IBM 'tripling' efforts to help clients with GDPR and Brexit

IBM's Derek Schoettle says the company will not let down its customers

IBM has said it will be "tripling down" on its efforts to ensure clients are still able to take advantage of cloud innovations to counter the uncertainty from the Brexit vote and looming GDPR regulation changes.

With clients in the UK and EU, the US technology giant is taking extra effort to support companies moving to the cloud, and help them meet specific regulatory requirements.

Speaking at IBM InterConnect, Derek Schoettle, general manager of IBM's analytics platform and cloud data services, said: "All of our clients are in various stages of rationalising their existing investments and data centres, and implementing rules and regulations of the businesses they're in, and trying to understand how they take that to the public cloud."

However, many companies are struggling with how to take advantage of new cloud innovations, including popular AI capabilities powered by Watson, while adhering to both business frameworks and industry regulations, with the incoming GDPR data protection regulation putting strict new rules around how companies handle data.

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But Schoettle added: "IBM has a rich heritage of operating within the rules of the game: be it domestic, international, technology, processes, GDPR, there's new healthcare regulations... we are tripling down on making that a core part of our strategy."

Providing clients with answers

"We have clients in the EU, in the UK, US and other geographies - all of them are struggling with how to take advantage of the innovation that occurs in the cloud. It is an ongoing investment, and a priority for us. Compliance, governance and data - those are the three pillars that we orient a lot of our strategy and thinking behind."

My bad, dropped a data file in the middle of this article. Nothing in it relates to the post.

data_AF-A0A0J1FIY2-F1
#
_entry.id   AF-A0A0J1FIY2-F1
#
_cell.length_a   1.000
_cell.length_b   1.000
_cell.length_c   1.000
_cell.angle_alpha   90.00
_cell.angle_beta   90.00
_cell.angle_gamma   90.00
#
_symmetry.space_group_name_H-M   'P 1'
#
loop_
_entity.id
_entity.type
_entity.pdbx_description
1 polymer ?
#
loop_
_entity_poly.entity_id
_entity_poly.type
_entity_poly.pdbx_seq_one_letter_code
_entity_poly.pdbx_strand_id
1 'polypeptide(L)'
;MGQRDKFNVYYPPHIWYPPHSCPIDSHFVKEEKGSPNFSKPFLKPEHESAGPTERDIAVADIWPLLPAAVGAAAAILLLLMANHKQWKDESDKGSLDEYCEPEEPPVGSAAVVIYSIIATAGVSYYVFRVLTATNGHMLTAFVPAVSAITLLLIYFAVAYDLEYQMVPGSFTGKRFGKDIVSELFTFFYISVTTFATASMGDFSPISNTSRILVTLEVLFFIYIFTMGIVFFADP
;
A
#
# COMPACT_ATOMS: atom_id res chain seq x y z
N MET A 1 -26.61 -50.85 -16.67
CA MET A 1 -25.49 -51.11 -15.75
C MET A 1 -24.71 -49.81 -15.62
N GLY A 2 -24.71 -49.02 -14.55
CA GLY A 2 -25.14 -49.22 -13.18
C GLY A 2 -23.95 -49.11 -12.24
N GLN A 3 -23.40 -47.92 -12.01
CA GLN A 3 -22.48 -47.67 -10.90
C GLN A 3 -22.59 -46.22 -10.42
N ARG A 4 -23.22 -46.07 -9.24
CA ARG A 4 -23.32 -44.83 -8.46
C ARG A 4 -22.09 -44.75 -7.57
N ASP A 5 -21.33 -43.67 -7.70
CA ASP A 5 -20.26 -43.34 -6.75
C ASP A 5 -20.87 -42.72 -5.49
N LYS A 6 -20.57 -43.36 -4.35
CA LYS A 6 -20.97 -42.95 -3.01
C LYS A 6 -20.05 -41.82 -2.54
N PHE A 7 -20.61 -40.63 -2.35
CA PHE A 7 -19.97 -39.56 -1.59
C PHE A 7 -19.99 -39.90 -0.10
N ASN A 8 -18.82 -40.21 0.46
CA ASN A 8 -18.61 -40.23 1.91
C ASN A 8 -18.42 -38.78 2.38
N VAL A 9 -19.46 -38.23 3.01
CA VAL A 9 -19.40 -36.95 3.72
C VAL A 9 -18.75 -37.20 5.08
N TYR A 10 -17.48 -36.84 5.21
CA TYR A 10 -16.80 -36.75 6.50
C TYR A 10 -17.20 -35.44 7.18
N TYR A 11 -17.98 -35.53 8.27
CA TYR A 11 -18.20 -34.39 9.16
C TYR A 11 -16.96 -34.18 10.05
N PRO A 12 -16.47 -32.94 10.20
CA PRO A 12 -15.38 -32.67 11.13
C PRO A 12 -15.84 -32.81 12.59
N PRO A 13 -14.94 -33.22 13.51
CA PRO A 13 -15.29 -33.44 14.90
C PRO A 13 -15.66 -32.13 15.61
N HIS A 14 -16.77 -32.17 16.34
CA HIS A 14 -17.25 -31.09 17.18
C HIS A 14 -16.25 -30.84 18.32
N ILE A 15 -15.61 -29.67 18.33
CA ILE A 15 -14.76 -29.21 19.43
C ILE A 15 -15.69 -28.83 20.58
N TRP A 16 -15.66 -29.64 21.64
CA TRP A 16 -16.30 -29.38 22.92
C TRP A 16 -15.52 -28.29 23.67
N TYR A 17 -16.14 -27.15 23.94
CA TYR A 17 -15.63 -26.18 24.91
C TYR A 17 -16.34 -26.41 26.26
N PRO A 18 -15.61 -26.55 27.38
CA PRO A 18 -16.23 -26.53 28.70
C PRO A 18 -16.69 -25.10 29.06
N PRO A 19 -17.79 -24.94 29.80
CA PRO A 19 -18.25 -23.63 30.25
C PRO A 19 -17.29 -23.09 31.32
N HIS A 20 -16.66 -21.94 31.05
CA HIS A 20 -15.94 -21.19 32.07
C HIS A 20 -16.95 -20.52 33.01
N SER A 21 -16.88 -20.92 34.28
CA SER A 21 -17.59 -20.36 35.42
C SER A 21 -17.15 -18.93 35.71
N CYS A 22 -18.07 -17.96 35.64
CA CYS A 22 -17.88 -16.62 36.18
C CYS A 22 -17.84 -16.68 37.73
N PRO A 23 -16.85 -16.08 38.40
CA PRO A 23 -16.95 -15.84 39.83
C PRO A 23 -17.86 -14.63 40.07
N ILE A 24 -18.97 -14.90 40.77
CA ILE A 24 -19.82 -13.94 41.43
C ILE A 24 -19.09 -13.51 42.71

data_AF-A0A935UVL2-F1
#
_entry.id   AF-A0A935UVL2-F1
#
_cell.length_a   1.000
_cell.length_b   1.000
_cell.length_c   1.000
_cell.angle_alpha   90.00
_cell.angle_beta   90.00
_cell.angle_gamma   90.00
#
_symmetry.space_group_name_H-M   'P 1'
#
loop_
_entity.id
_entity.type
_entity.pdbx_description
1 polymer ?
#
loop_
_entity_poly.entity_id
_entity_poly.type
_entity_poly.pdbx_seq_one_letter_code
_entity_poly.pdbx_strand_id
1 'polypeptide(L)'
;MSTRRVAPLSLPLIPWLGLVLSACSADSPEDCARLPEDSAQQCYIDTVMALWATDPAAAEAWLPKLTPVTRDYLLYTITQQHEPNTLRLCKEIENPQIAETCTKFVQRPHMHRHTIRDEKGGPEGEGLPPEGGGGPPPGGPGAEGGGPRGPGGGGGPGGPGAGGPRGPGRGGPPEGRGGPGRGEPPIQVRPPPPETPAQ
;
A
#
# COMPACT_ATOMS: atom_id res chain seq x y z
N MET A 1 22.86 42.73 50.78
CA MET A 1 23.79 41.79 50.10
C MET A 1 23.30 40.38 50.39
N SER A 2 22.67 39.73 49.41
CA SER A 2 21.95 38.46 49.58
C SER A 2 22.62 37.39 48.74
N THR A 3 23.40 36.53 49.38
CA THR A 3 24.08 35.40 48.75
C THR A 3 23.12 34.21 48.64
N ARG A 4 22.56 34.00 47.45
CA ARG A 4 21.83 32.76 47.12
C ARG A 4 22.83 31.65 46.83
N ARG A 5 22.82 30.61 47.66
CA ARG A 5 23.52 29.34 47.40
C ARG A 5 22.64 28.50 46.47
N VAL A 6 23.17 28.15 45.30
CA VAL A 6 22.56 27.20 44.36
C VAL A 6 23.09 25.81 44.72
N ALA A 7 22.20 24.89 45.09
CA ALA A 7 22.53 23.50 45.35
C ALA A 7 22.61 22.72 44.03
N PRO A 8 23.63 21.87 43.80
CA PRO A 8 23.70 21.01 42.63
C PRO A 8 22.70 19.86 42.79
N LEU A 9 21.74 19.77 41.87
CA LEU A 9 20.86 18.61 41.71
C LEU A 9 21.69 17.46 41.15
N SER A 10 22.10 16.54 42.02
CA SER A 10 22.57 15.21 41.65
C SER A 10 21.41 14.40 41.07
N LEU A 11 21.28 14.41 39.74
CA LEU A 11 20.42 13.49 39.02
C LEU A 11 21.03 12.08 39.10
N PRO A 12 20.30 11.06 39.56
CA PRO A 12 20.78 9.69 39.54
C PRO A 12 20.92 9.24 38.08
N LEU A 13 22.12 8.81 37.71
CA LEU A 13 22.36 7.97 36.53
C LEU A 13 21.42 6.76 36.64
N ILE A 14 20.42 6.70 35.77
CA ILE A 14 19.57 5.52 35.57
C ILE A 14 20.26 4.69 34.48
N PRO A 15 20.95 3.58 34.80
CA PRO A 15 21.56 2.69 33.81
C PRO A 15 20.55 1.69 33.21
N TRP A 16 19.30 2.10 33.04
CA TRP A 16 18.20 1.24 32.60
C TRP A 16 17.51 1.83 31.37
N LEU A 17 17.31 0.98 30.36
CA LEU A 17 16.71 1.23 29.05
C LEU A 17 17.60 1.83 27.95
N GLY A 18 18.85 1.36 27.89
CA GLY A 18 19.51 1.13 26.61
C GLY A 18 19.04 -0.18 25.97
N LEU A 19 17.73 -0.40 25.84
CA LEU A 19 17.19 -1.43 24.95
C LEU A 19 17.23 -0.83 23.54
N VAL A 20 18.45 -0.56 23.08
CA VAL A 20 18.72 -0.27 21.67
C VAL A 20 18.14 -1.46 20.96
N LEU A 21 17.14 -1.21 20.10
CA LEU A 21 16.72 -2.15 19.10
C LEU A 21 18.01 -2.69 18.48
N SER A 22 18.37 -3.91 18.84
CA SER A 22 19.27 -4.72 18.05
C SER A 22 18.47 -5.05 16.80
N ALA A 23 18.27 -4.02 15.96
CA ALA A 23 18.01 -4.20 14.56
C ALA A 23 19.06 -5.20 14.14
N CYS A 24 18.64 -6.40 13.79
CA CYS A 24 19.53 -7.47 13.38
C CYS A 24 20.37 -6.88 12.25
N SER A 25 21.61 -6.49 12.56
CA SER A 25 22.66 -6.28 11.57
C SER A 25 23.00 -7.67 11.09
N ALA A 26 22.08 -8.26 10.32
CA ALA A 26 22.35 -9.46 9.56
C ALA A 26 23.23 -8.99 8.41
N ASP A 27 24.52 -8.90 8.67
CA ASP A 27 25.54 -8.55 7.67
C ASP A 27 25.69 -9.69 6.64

The Brexit vote created uncertainty for many businesses who have stakes in both the UK and the EU, however IBM has said it is going to "invest so that clients that are predominately residents in the UK are not left without an answer", although Schoettle was not ready to specify what form this investment would take.

"It is an area where we can't let our clients down, and we won't. They're all looking for answers."

As the use of data accelerates, and the ways in which people are able to access that data grows, subsequent business models become more complex, particularly as companies now have to deal with differing compliance requirements in various markets.

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GDPR, which is set to apply in the UK from 25 May 2018, will replace the current Data Protection Act 1998 that the UK relies on for its data compliance rules. GDPR will essentially standardise rules throughout the EU, taking into account the new ways in which data is being used and granting customers more control over their information. It will also enact tougher penalties for non-compliance and data breaches.

"We are entering into an era where we need to do a good job of establishing the right operation environments, putting forth the right communication and transparency, so that our clients can trust that what they are doing with us is going to meet the needs of their clients, of their markets, and their specific regulatory requirements," said Schoettle.

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